Being forced into an early retirement from a career I never thought would end, with the added bonus of being diagnosed with a condition that would affect my life, tore my world in two and I found myself in one of the darkest periods of my life. James talks about his self-esteem hitting rock bottom and then all the things he did to learn the skills of how to live with a long-term health condition. You can read his story at Fibro Ramblings.


Katie at PainFULLY Living talks about some of the things we go through when coming to grips with fibromyalgia. I realize that I am ashamed of myself when I’m not healthy. I feel like I’m not doing all that I should to be well. I’m not good enough to figure this out. Her article about shame and acceptance talks about choosing to respond to these times with self-acceptance and self-love.

Social stigma is based on ignorance and fear. Self-stigma occurs when you agree with and internalize social stereotypes. Both can lead to social isolation and depression. Remind yourself, you are not your illness, no matter what anyone else may say, think or feel. You have no reason to be blamed or feel ashamed. - Sue at Fibro Daze

I’ve come to value growing as a person as one of my most important accomplishments, instead of getting promotions, keeping up with the Joneses, or any of the other markers we are taught to measure our success by. Without fibro, I would have let external factors determine my self-worth. It’s not that I’m grateful for fibromyalgia, or that I’m glad I have it, but I have found a way to make meaning out of it, and find a silver lining. I’m developing as I go; it’s a work in progress, but a worthwhile one. - Katarina at Skillfully Well and Painfully Aware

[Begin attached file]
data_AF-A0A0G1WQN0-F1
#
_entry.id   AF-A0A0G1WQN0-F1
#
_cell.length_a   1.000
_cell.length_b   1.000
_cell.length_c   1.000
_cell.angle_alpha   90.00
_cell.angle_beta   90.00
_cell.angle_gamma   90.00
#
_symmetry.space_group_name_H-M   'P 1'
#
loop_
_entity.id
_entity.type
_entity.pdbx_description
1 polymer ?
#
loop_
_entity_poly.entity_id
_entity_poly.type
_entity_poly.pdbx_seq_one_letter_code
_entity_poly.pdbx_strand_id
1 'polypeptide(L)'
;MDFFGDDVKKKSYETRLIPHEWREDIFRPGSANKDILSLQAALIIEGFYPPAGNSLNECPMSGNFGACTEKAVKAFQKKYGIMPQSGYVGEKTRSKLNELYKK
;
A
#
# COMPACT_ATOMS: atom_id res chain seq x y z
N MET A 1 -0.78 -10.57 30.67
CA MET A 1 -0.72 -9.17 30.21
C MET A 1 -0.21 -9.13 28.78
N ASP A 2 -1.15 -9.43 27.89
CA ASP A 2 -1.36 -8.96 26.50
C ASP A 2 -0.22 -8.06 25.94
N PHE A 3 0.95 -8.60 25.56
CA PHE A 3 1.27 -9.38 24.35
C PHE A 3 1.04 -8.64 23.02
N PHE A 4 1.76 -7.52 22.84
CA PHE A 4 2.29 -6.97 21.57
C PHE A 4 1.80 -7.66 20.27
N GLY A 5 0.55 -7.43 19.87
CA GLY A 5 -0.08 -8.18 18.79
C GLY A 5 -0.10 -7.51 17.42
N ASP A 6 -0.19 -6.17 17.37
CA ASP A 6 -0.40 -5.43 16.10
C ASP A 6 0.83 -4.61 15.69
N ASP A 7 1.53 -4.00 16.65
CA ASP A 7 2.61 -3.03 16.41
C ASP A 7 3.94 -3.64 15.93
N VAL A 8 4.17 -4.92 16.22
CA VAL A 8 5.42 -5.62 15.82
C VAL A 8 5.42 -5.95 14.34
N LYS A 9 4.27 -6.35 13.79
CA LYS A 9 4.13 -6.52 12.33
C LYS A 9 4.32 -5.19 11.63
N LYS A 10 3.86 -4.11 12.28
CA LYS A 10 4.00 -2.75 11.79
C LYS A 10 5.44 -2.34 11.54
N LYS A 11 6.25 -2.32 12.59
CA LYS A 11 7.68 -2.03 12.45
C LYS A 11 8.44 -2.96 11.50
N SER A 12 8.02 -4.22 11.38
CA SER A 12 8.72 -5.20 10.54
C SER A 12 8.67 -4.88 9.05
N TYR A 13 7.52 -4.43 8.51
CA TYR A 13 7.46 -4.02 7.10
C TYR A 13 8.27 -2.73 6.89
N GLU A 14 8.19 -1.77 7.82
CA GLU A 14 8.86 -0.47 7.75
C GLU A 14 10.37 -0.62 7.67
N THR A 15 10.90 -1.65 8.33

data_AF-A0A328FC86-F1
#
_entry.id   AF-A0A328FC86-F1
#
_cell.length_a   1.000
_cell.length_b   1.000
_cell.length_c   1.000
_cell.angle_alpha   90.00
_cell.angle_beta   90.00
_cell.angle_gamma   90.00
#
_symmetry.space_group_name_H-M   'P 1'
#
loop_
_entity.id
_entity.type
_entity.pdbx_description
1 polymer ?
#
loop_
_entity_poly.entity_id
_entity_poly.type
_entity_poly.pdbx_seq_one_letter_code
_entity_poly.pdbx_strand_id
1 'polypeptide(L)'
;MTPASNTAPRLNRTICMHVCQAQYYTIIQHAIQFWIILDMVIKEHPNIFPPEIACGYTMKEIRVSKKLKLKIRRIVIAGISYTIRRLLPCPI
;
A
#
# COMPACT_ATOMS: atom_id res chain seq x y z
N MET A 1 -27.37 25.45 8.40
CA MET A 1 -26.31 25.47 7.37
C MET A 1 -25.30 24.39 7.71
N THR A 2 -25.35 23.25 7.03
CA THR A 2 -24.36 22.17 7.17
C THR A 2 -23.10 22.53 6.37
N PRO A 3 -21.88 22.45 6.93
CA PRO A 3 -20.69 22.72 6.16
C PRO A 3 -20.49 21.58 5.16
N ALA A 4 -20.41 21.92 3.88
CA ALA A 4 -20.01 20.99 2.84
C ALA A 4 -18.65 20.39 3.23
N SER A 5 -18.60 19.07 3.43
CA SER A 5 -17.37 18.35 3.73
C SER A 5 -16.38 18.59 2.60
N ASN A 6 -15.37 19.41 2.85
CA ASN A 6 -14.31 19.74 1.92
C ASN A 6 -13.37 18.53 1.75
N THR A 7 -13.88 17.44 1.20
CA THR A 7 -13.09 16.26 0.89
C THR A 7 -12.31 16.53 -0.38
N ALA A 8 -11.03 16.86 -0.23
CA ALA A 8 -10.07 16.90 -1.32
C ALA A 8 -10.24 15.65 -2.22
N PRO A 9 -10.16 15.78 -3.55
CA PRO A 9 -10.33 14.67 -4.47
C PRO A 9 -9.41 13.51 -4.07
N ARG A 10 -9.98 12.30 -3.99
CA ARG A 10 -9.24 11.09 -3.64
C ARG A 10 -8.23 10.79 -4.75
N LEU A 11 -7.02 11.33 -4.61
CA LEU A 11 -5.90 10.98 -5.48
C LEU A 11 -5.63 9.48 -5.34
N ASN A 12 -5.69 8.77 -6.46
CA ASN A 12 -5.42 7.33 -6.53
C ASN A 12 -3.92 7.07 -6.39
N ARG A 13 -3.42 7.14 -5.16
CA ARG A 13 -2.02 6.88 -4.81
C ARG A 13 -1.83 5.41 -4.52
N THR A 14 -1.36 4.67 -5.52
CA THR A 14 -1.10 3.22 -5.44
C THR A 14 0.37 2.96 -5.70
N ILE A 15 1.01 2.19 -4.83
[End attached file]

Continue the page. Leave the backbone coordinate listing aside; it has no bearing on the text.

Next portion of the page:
Compassion Therapy is an evidence-based form of psychotherapy that draws upon our capacity for compassion to reduce intrusive feelings of shame and self-criticismIt was developed by Dr. Paul Gilbert, a psychologist from England, and uses meditation exercises focusing on understanding the universality of suffering, gaining an emotional connection with other people's suffering, and the motivation to act to lessen suffering. - Find out how it can specifically help fibromyalgia here.